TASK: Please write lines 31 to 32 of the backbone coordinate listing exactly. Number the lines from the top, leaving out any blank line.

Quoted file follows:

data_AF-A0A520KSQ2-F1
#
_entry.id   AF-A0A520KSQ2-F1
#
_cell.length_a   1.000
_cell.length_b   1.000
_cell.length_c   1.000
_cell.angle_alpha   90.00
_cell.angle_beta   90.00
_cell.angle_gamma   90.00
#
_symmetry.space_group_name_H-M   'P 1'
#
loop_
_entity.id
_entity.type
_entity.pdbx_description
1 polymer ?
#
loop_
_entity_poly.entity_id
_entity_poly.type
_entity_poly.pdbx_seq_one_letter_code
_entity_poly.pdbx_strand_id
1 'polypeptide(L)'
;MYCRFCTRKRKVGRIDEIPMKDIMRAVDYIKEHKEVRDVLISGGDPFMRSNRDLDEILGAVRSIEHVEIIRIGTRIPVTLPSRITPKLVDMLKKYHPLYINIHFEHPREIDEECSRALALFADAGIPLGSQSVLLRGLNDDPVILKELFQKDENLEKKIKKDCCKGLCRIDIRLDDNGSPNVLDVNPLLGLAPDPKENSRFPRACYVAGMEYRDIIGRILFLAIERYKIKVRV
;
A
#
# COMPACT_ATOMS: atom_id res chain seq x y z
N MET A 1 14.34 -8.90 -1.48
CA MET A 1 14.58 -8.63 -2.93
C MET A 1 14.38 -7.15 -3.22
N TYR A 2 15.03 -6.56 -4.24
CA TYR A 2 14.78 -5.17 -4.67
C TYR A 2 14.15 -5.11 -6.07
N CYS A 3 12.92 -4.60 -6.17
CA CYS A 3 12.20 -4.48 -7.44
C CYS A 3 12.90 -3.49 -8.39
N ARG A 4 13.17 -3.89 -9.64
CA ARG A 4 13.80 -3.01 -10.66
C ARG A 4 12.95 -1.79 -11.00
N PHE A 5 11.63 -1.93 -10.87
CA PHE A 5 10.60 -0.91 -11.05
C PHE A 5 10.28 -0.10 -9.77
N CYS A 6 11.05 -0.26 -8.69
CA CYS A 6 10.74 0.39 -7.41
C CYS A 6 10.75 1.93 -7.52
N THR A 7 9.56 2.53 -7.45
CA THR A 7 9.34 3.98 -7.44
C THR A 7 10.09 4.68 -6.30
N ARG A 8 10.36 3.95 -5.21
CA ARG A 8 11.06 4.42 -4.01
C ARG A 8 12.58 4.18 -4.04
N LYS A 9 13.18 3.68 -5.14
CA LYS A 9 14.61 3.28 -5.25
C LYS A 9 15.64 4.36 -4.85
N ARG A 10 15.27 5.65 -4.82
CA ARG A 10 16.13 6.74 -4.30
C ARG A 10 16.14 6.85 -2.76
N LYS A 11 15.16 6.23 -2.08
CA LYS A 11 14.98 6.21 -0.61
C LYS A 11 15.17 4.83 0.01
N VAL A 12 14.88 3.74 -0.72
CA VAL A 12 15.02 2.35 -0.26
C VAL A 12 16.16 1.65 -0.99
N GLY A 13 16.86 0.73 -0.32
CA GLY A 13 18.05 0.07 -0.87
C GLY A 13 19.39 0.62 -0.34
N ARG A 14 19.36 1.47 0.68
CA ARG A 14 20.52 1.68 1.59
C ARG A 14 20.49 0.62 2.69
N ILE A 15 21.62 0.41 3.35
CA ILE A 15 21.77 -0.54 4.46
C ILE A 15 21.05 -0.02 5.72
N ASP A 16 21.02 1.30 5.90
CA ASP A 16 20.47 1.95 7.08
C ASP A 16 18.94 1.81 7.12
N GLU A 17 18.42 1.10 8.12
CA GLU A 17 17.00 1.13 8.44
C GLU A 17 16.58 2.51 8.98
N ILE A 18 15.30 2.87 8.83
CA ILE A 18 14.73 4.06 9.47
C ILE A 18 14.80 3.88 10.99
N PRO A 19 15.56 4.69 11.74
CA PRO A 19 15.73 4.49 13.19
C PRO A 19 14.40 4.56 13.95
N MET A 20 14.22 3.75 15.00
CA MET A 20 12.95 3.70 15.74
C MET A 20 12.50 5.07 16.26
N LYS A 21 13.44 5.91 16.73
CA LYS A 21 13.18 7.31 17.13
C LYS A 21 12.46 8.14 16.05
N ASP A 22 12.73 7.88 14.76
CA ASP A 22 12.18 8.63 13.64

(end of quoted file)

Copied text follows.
N MET A 1 14.34 -8.90 -1.48
CA MET A 1 14.58 -8.63 -2.93